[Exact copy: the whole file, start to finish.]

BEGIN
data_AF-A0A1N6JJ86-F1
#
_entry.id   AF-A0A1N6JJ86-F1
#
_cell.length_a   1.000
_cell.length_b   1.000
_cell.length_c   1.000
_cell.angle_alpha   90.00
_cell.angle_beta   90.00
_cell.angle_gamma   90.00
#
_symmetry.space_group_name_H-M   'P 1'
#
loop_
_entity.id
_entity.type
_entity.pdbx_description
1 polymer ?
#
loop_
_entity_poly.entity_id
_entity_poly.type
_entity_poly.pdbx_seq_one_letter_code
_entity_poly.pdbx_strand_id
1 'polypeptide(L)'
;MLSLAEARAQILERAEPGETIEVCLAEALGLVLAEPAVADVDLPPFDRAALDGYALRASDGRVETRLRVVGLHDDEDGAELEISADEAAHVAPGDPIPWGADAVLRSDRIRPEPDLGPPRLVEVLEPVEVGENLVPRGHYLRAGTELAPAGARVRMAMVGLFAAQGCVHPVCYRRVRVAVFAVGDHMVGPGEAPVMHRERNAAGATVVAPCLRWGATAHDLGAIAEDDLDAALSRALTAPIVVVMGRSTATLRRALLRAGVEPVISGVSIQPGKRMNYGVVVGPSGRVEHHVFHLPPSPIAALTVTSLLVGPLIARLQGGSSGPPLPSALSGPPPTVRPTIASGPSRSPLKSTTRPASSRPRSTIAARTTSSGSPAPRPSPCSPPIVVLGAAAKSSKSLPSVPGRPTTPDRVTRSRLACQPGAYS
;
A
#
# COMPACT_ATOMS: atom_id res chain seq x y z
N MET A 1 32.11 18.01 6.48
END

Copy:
data_AF-A0A1N6JJ86-F1
#
_entry.id   AF-A0A1N6JJ86-F1
#
_cell.length_a   1.000
_cell.length_b   1.000
_cell.length_c   1.000
_cell.angle_alpha   90.00
_cell.angle_beta   90.00
_cell.angle_gamma   90.00
#
_symmetry.space_group_name_H-M   'P 1'
#
loop_
_entity.id
_entity.type
_entity.pdbx_description
1 polymer ?
#
loop_
_entity_poly.entity_id
_entity_poly.type
_entity_poly.pdbx_seq_one_letter_code
_entity_poly.pdbx_strand_id
1 'polypeptide(L)'
;MLSLAEARAQILERAEPGETIEVCLAEALGLVLAEPAVADVDLPPFDRAALDGYALRASDGRVETRLRVVGLHDDEDGAELEISADEAAHVAPGDPIPWGADAVLRSDRIRPEPDLGPPRLVEVLEPVEVGENLVPRGHYLRAGTELAPAGARVRMAMVGLFAAQGCVHPVCYRRVRVAVFAVGDHMVGPGEAPVMHRERNAAGATVVAPCLRWGATAHDLGAIAEDDLDAALSRALTAPIVVVMGRSTATLRRALLRAGVEPVISGVSIQPGKRMNYGVVVGPSGRVEHHVFHLPPSPIAALTVTSLLVGPLIARLQGGSSGPPLPSALSGPPPTVRPTIASGPSRSPLKSTTRPASSRPRSTIAARTTSSGSPAPRPSPCSPPIVVLGAAAKSSKSLPSVPGRPTTPDRVTRSRLACQPGAYS
;
A
#
# COMPACT_ATOMS: atom_id res chain seq x y z
N MET A 1 32.11 18.01 6.48